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Charles Buck Theological Dictionary
A new birth; that work of the Holy Spirit by which we experience a change of heart. It is to be distinguished from baptism which is an external rite, though some have confounded them together. Nor does it signify a mere reformation of the outward conduct. Nor is it a conversion from one sect or creed to another; or even from atheism. Nor are new faculties given in this change. Nor does it consist in new revelations, succession of terrors or consolations; or any whisper as it were from God to the heart, concerning his secret love, choice, or purpose to save us. It is expressed in Scripture by being born again, John 3:7 . born from above, so it may be rendered, John 3:2; John 3:7; John 3:27 . being quickened, Ephesians 2:1 . Christ formed in the heart, Galatians 4:12 . a partaking of the Divine nature, 2 Peter 1:4 . The efficient cause of regeneration is the Divine Spirit. That man is not the author of it is evident, if we consider,
1. The case in which men are before it takes place; a state of ignorance and inability, John 3:4 .
2. The nature of the work shows plainly that it is not in the power of men to do it: it is called a creation, a production of a new principle which was not before, and which man could not himself produce, Ephesians 2:8; Ephesians 2:10 .
3. It is expressly denied to be of men, but declared to be of God, John 1:12-13; 1 John 3:9 . The instrumental cause of it may be so called, is the word of God, James 1:18 . 1 Corinthians 4:15 . The evidence of it are, conviction of sin, holy sorrow, deep humility, knowledge, faith, repentance, love, and devotedness to God's glory. The properties of it are these:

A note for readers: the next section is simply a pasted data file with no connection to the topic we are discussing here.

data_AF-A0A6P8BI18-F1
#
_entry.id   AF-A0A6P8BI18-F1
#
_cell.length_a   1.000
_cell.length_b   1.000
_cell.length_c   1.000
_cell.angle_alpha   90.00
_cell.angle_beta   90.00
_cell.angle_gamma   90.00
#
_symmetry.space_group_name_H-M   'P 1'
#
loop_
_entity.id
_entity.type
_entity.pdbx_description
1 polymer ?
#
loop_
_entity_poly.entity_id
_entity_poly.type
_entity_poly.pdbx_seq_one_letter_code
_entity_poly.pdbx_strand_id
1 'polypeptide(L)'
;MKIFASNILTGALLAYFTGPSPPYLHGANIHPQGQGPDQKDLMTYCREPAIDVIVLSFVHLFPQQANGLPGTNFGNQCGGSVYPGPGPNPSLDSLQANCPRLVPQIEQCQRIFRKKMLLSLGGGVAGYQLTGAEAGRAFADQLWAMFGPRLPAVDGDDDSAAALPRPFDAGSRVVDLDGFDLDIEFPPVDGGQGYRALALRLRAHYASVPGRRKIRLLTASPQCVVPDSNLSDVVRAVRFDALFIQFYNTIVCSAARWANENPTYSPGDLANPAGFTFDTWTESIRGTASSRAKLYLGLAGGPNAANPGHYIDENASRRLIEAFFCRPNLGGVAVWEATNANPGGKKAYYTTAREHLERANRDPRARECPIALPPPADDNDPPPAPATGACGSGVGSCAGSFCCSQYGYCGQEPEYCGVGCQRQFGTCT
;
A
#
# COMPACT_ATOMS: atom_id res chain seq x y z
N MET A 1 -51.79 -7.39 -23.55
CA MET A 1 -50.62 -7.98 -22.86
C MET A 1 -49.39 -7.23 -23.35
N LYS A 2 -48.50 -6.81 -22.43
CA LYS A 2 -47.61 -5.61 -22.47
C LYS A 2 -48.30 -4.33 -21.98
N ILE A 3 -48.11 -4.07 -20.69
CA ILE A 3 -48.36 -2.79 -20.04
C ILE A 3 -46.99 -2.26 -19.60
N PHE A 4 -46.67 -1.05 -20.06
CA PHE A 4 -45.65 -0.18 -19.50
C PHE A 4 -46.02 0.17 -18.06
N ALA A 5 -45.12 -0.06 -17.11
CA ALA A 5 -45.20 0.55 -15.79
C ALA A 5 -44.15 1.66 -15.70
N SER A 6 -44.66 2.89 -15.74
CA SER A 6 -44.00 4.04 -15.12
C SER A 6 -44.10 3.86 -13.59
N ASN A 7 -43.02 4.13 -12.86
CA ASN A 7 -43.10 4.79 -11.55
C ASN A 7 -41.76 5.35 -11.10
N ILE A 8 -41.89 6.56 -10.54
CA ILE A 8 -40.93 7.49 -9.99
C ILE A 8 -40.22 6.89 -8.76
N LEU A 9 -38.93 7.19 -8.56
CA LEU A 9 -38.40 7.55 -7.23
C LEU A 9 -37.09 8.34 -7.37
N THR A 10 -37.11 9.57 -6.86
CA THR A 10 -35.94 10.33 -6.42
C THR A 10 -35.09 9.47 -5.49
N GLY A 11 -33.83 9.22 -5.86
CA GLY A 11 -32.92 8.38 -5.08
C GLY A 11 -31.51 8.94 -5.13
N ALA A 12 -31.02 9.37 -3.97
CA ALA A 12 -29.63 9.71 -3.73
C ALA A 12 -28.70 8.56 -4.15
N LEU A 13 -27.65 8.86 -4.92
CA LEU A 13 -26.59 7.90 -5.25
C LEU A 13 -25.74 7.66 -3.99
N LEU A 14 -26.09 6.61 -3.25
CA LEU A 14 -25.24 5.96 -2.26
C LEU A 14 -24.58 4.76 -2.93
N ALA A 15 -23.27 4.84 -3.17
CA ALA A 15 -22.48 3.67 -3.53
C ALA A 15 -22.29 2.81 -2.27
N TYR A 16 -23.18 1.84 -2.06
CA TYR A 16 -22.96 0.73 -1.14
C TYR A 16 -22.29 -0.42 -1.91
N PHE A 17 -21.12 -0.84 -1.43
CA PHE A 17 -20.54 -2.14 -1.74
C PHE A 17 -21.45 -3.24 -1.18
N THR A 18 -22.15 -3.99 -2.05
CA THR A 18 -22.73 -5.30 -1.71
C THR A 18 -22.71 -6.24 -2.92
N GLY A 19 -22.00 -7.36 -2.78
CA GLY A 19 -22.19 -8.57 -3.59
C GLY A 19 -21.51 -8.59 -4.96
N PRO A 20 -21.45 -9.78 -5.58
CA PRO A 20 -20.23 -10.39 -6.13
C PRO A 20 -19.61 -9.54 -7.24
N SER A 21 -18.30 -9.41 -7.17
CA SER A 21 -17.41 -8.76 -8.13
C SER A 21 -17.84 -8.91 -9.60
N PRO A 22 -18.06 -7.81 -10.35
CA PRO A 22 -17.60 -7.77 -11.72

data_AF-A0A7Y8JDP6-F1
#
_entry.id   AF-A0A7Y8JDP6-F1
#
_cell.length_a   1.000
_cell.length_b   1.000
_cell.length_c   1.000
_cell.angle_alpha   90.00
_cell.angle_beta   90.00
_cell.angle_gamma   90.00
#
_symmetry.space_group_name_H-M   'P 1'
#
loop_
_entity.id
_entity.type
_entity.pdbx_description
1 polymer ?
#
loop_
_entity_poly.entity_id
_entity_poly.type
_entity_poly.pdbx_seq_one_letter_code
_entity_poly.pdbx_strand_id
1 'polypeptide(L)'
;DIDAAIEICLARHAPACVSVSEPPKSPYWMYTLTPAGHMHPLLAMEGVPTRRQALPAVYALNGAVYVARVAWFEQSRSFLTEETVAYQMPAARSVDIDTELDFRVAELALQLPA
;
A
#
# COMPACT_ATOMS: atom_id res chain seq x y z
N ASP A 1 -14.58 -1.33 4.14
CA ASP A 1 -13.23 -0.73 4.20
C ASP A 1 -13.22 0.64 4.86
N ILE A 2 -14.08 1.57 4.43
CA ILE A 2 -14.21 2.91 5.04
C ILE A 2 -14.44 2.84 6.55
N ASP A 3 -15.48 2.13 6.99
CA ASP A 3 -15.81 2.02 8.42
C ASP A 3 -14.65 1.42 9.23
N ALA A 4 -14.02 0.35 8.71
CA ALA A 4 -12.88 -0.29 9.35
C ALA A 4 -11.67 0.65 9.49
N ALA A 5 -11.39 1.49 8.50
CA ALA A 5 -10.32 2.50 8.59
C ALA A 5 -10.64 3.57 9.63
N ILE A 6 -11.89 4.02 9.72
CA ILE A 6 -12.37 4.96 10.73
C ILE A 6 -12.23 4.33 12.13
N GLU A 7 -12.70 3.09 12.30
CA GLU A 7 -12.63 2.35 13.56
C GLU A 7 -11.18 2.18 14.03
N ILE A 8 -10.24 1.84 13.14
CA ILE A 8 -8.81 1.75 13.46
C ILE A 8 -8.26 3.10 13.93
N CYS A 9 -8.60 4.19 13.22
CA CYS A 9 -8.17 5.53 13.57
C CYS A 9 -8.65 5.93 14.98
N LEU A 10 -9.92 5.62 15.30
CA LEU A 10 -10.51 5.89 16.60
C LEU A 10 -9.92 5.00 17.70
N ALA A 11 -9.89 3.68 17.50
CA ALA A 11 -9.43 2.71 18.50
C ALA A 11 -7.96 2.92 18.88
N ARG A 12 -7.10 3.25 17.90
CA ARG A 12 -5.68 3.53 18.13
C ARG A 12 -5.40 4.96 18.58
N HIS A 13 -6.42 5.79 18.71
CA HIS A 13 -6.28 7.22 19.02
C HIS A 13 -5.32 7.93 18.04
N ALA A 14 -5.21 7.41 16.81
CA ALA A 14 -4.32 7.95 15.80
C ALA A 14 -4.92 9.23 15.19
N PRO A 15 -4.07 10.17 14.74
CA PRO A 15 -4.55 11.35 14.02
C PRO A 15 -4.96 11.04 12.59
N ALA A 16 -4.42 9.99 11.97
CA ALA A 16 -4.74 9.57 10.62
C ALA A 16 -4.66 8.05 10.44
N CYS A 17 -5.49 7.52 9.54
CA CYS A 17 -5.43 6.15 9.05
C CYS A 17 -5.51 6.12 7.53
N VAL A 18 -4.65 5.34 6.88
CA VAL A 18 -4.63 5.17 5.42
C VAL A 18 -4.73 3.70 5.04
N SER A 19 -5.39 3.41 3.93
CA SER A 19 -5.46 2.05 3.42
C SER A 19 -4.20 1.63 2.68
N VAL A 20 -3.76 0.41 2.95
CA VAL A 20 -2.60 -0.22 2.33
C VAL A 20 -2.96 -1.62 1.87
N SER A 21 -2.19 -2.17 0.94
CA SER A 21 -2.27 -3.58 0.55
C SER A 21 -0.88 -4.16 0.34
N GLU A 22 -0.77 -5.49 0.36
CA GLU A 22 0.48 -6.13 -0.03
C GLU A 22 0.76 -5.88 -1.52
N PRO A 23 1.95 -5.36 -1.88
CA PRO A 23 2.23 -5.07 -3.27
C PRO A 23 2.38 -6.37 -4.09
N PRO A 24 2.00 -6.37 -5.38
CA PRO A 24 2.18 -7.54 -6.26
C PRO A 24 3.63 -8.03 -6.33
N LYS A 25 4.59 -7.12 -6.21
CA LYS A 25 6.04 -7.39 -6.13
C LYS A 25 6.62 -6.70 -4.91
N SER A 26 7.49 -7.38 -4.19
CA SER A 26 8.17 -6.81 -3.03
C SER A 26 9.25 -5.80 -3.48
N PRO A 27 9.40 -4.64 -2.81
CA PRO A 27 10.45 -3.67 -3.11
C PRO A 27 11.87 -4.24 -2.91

1. It is a passive work, and herein it differs from conversion. In regeneration we are passive, and receive from God; in conversion we are active, and turn to him.
2. It is an irresistible, or rather an invincible work of God's grace, Ephesians 3:8 .
3. It is an instantaneous act, for there can be no medium between life and death; and here it differs from sanctification, which is progressive.
4. It is a complete act, and perfect in its kind; a change of the whole man, 2 Corinthians 5:17 .
5. It is a great and important act, both as to its author and effects, Ephesians 2:4-5 .
6. It is an internal act, not consisting in bare outward forms, Ezekiel 36:26; Ezekiel 27:1-36 :
7. Visible as to its effects, 1 John 3:14 .
8. Delightful, 1 Peter 1:8 .
9. Necessary, John 3:3 .
10. It is an act, the blessings of which we can never finally lose, John 13:1 .
See CALLING, CONVERSION; and Charnock's Works, vol. 2: p. 1. to 230; Cole and Wright, but especially Witherspoon on Regeneration; Doddridge's Ten Sermons on the Subject; Dr. Gill's Body of Divinity, article Regeneration; Dr. Owen on the Spirit; Lime Street Lectures, ser. 8.
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Buck, Charles. Entry for 'Regeneration'. Charles Buck Theological Dictionary. https://www.studylight.org/dictionaries/eng/cbd/r/regeneration.html. 1802.